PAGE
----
While every student’s experience was different, are there any trends or patterns you have seen in terms of what students of color have faced?

Based on listening sessions, we heard several themes.  We heard from some alumni that though they had not personally experienced racism on our campus, they were concerned that others had.  Some alumni also expressed feeling thankful for their education and overall experience at Mitty, others wanted to know how they could support D.E.I efforts moving forward.

Some parents and alumni also shared they wanted to see a more diverse curriculum; we heard that at present time, some curriculum is too Euro-centric; specifically, we heard that making Ethnic Studies a mandatory course should be implemented.  Folks also advocated for a more ethnically diverse faculty, staff, and administration, a larger D.E.I. office space, and the elimination of a work study program that has since been removed.  Through listening sessions, we also heard that a greater focus on mental health issues and hiring more counselors should be a priority.  People also brought up concerns with discipline policies and the need to focus on the emotional and mental safety of our students.  Finally, we were repeatedly asked to be transparent as we navigate D.E.I initiatives.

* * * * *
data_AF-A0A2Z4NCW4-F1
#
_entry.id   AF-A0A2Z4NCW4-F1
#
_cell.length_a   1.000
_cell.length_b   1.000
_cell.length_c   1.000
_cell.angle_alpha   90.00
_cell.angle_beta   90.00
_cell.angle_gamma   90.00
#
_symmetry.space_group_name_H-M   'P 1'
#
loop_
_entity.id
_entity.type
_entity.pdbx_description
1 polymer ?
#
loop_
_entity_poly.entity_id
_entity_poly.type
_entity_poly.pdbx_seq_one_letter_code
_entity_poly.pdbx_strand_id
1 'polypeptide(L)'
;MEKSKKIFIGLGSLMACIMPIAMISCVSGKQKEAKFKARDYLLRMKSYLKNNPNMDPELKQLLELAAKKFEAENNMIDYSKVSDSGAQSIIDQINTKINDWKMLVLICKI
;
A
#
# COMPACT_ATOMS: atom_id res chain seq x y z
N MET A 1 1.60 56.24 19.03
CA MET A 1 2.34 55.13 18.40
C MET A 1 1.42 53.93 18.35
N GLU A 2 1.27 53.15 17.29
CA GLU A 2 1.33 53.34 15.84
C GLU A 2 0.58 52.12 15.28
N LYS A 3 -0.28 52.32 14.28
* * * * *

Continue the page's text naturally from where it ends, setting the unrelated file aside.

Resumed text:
How have you seen other staff members or community members reckon with racism, both in their own lives and in regards to what they do at school?

It certainly has not been easy, but our adult community has been extremely supportive and responsive.  In fact, this summer, I worked directly with a group of strong women educators who helped lead a book club on Ibram X Kendi’s, How to be an Anti-Racist.  We have continued the difficult conversations by working with Epoch Education, a group of fierce educators dedicated to equity work.